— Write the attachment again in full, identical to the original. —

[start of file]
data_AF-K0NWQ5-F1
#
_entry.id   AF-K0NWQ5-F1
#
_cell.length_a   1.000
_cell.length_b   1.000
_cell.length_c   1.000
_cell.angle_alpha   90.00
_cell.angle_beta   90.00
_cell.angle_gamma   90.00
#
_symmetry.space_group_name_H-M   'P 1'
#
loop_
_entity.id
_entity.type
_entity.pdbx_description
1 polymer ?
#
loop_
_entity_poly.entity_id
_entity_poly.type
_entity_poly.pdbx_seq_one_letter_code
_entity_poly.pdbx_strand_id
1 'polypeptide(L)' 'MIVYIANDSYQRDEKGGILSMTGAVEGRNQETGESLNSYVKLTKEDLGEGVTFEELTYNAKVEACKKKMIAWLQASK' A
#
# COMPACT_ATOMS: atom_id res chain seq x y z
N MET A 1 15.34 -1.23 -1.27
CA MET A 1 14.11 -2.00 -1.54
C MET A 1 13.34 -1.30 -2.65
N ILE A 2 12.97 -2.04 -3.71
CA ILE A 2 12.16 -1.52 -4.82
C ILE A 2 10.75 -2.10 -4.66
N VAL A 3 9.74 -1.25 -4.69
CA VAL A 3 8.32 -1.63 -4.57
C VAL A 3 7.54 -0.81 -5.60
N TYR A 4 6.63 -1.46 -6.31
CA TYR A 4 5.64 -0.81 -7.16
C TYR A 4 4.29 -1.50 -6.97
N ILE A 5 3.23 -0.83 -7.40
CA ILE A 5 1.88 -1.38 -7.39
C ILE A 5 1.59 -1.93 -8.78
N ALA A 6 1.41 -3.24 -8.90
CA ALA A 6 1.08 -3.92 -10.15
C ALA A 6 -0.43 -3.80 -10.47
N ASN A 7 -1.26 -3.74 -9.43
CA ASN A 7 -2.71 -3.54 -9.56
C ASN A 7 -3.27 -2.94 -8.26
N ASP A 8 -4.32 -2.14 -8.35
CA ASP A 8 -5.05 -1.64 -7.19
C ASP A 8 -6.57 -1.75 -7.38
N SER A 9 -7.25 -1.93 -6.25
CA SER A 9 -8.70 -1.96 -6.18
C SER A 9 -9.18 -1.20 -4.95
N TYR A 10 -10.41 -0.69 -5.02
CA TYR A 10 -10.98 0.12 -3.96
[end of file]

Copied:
data_AF-K0NWQ5-F1
#
_entry.id   AF-K0NWQ5-F1
#
_cell.length_a   1.000
_cell.length_b   1.000
_cell.length_c   1.000
_cell.angle_alpha   90.00
_cell.angle_beta   90.00
_cell.angle_gamma   90.00
#
_symmetry.space_group_name_H-M   'P 1'
#
loop_
_entity.id
_entity.type
_entity.pdbx_description
1 polymer ?
#
loop_
_entity_poly.entity_id
_entity_poly.type
_entity_poly.pdbx_seq_one_letter_code
_entity_poly.pdbx_strand_id
1 'polypeptide(L)' 'MIVYIANDSYQRDEKGGILSMTGAVEGRNQETGESLNSYVKLTKEDLGEGVTFEELTYNAKVEACKKKMIAWLQASK' A
#
# COMPACT_ATOMS: atom_id res chain seq x y z
N MET A 1 15.34 -1.23 -1.27
CA MET A 1 14.11 -2.00 -1.54
C MET A 1 13.34 -1.30 -2.65
N ILE A 2 12.97 -2.04 -3.71
CA ILE A 2 12.16 -1.52 -4.82
C ILE A 2 10.75 -2.10 -4.66
N VAL A 3 9.74 -1.25 -4.69
CA VAL A 3 8.32 -1.63 -4.57
C VAL A 3 7.54 -0.81 -5.60
N TYR A 4 6.63 -1.46 -6.31
CA TYR A 4 5.64 -0.81 -7.16
C TYR A 4 4.29 -1.50 -6.97
N ILE A 5 3.23 -0.83 -7.40
CA ILE A 5 1.88 -1.38 -7.39
C ILE A 5 1.59 -1.93 -8.78
N ALA A 6 1.41 -3.24 -8.90
CA ALA A 6 1.08 -3.92 -10.15
C ALA A 6 -0.43 -3.80 -10.47
N ASN A 7 -1.26 -3.74 -9.43
CA ASN A 7 -2.71 -3.54 -9.56
C ASN A 7 -3.27 -2.94 -8.26
N ASP A 8 -4.32 -2.14 -8.35
CA ASP A 8 -5.05 -1.64 -7.19
C ASP A 8 -6.57 -1.75 -7.38
N SER A 9 -7.25 -1.93 -6.25
CA SER A 9 -8.70 -1.96 -6.18
C SER A 9 -9.18 -1.20 -4.95
N TYR A 10 -10.41 -0.69 -5.02
CA TYR A 10 -10.98 0.12 -3.96